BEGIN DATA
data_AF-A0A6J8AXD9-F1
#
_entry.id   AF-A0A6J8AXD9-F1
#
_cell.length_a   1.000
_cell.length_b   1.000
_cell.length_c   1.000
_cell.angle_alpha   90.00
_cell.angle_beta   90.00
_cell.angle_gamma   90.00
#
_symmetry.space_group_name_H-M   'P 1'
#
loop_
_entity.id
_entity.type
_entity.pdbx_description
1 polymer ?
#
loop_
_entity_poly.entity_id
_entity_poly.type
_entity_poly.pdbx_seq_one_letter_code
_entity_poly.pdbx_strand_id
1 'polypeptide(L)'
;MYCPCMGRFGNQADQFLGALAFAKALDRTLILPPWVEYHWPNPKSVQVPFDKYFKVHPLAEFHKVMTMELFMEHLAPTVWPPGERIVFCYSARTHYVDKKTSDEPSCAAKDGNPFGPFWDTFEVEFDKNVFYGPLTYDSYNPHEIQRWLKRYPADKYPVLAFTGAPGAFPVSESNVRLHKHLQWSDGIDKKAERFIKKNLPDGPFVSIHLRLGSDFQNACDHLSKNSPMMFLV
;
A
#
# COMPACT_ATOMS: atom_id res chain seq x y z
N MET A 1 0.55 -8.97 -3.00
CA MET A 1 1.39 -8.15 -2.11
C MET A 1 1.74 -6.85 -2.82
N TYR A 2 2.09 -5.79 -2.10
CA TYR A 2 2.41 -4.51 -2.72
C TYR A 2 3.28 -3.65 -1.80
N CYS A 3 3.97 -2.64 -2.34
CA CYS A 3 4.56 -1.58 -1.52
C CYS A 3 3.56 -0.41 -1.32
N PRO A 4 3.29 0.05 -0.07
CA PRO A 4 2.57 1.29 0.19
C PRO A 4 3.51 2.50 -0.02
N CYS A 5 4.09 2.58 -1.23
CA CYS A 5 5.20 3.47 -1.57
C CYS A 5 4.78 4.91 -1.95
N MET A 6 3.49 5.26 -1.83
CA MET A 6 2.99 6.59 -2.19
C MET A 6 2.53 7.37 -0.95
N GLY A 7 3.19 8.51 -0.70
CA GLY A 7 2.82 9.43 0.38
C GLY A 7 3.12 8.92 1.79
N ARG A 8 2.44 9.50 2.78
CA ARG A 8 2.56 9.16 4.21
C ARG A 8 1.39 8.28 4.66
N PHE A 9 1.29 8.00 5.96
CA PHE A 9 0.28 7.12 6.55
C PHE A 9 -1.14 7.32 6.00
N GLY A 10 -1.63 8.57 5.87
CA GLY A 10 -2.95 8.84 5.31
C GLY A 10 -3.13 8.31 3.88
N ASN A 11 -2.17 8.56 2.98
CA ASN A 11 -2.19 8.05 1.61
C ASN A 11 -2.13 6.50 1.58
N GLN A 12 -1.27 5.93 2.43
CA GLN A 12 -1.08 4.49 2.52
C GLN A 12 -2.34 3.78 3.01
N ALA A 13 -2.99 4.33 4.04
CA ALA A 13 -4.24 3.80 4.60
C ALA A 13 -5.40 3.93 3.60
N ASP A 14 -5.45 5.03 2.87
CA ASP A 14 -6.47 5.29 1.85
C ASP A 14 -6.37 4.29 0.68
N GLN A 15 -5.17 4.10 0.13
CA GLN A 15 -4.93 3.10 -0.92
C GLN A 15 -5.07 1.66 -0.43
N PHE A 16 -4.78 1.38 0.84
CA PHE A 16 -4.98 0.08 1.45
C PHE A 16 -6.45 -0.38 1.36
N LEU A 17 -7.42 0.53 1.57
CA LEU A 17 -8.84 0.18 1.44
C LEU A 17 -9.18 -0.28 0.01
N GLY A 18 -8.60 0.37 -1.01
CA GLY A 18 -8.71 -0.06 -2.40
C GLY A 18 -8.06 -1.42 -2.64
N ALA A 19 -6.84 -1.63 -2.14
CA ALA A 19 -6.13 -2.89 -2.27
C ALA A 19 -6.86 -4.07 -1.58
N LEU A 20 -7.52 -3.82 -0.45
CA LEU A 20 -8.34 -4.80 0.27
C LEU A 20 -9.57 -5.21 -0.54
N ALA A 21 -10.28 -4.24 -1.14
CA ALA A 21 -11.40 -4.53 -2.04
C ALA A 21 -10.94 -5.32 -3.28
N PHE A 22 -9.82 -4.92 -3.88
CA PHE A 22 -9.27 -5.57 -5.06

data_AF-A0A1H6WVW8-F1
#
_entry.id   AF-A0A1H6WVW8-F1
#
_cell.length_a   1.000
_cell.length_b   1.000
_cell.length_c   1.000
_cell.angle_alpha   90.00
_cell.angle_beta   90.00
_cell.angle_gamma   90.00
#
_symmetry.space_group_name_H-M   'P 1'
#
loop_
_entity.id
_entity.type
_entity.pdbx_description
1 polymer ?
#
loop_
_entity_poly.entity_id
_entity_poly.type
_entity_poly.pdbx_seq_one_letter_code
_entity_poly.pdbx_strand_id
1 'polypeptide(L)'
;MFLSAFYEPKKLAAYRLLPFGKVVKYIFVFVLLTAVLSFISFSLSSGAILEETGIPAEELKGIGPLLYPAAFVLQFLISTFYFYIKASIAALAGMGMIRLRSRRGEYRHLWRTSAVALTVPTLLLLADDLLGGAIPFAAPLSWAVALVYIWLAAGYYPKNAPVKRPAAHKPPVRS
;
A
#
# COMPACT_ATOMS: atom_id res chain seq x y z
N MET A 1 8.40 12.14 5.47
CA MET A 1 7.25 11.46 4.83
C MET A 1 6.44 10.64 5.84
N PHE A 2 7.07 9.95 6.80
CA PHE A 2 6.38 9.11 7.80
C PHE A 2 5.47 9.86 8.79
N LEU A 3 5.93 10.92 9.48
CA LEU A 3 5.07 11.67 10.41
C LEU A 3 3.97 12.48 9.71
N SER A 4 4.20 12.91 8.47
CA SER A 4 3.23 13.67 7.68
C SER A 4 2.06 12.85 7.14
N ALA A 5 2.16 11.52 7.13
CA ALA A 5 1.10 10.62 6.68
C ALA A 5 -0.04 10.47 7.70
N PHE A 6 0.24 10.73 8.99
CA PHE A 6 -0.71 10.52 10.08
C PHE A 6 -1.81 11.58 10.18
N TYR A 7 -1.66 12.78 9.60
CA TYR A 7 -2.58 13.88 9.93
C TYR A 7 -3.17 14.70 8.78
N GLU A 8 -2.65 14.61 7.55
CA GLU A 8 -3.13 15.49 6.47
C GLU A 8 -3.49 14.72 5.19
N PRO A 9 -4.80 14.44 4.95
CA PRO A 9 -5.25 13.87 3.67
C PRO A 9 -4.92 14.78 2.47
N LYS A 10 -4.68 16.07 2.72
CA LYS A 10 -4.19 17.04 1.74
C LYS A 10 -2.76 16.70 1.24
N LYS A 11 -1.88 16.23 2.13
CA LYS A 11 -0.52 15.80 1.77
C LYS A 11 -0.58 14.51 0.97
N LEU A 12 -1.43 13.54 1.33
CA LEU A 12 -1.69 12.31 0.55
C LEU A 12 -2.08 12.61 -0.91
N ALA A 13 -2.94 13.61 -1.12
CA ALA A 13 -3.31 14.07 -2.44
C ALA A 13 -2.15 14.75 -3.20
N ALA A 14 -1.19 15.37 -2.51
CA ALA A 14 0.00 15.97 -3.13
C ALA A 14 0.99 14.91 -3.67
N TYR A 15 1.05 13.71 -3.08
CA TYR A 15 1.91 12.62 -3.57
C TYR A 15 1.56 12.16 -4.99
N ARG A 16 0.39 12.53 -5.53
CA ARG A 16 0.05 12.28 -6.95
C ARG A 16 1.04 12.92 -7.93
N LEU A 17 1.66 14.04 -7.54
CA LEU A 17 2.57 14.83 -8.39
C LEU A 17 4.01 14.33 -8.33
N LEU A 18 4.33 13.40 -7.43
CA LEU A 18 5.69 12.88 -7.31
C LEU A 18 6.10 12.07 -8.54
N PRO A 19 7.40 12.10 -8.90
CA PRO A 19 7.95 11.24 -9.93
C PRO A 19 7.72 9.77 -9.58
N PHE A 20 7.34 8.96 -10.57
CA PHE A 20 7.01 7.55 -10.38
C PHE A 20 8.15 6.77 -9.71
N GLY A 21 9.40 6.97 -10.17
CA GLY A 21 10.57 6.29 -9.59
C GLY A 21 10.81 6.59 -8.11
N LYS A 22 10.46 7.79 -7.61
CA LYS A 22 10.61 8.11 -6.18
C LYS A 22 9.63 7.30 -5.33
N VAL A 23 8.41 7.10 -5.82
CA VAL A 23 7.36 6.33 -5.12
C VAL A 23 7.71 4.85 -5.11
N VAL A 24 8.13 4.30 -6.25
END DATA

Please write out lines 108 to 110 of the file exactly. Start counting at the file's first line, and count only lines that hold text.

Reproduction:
#
loop_
_entity.id